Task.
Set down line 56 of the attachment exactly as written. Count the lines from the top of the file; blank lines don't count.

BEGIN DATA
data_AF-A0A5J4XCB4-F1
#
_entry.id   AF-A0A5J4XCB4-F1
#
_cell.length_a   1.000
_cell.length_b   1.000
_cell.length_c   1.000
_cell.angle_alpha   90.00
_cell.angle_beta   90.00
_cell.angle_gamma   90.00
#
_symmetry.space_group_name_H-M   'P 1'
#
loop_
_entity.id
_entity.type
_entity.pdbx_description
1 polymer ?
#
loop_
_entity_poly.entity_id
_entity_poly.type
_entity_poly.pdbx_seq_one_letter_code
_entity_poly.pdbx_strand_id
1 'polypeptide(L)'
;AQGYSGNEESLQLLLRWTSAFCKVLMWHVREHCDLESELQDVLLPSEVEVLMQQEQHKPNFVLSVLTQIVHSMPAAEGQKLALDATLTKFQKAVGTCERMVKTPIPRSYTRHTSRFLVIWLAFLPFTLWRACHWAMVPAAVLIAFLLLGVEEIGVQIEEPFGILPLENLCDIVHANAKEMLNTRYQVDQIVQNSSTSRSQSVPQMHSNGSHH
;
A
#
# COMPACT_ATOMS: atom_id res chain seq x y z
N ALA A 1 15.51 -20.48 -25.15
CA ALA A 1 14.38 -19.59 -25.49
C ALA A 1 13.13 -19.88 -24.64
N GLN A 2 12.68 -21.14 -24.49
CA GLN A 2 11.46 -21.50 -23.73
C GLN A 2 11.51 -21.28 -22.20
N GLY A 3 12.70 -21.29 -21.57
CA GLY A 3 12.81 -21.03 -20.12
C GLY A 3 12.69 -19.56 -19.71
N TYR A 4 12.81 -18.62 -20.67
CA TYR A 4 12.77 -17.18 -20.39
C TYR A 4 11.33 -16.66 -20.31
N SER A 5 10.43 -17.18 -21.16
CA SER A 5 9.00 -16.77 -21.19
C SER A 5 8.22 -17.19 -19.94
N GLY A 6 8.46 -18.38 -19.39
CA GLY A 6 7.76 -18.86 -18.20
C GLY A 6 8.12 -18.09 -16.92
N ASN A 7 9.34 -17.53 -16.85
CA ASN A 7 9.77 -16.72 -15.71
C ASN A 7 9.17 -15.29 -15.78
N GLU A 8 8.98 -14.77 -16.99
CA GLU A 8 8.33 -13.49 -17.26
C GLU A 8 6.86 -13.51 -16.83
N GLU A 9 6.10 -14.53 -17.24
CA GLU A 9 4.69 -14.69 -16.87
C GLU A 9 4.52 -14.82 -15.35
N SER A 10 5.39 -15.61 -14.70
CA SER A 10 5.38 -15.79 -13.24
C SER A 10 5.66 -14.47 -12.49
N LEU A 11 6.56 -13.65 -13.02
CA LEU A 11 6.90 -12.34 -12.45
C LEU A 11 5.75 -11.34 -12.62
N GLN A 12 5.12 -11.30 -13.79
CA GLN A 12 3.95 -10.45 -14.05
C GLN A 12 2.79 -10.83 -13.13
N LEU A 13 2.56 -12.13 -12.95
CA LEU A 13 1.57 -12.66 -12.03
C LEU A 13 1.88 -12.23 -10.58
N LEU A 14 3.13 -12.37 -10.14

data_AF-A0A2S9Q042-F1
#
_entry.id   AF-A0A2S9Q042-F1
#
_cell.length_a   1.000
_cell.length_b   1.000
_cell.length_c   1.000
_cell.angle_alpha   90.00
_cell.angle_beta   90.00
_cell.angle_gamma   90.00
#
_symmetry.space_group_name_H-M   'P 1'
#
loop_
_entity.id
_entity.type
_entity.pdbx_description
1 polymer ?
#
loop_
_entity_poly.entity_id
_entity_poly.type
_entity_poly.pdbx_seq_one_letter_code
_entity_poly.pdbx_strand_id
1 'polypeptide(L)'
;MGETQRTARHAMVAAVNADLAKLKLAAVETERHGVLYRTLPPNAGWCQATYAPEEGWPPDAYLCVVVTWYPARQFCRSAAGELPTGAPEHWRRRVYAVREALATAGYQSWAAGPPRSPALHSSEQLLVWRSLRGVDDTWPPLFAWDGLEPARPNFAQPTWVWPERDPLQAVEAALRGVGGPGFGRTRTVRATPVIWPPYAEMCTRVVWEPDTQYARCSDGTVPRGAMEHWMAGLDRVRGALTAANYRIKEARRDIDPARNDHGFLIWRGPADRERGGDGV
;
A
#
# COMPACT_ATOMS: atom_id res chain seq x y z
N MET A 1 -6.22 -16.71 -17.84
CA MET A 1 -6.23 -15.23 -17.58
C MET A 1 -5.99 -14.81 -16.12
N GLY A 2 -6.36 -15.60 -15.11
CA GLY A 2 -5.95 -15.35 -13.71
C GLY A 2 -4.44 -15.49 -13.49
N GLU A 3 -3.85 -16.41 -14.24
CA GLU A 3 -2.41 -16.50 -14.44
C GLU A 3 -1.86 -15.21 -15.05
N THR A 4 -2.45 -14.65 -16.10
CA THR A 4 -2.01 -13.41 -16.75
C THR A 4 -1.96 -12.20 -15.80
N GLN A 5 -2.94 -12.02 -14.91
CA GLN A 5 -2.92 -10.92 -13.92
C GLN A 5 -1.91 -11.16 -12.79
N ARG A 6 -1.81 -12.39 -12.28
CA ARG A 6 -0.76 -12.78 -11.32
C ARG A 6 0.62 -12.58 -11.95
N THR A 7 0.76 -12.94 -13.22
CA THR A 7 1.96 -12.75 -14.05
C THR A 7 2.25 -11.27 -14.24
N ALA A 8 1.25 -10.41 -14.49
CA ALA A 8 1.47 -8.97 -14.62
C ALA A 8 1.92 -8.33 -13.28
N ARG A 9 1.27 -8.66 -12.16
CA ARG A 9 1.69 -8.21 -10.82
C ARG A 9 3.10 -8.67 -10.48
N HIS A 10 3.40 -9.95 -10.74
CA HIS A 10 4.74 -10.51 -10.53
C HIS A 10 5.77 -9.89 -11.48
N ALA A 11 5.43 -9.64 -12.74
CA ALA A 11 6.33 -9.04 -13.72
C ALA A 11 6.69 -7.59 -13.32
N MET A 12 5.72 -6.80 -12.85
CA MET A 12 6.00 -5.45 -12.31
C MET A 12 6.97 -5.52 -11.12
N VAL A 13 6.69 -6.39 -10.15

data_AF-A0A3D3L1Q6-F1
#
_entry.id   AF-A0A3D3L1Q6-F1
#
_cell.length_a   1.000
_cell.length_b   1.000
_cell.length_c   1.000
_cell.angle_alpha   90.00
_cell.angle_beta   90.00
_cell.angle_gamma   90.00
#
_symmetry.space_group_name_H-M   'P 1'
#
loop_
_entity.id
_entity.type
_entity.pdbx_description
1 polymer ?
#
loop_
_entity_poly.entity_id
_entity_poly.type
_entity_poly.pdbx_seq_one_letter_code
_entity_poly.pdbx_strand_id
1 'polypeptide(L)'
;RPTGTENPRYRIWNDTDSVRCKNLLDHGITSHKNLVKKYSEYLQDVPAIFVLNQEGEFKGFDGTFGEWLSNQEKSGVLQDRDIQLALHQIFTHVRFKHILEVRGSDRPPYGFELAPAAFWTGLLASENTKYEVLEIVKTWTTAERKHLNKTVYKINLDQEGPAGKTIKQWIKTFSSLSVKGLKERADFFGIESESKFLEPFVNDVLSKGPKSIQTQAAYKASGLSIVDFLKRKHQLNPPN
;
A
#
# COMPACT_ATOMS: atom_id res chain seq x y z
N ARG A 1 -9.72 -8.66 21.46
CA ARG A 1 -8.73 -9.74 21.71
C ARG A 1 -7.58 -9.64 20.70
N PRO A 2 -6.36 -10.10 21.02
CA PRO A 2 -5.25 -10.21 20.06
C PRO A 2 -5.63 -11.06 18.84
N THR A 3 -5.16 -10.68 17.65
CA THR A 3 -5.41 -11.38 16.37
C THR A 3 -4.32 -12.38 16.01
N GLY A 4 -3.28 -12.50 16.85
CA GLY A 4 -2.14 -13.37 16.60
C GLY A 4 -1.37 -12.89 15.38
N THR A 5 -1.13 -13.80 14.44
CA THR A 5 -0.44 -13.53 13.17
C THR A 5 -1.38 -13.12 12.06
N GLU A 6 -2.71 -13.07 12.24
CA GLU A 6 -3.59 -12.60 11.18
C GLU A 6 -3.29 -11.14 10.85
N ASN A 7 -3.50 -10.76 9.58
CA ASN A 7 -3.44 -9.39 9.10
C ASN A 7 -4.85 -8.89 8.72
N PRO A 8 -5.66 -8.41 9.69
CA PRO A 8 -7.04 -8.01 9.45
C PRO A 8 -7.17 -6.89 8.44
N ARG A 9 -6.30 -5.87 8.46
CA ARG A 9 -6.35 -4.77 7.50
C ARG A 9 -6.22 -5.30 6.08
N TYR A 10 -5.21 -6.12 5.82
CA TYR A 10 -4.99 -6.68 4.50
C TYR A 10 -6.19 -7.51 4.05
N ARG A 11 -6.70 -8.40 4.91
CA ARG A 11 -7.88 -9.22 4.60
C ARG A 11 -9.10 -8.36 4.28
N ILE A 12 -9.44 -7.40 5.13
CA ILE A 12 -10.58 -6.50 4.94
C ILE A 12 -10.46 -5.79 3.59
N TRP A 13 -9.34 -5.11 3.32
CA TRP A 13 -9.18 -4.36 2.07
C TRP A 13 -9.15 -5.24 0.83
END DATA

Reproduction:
CA GLU A 9 4.69 -14.69 -16.87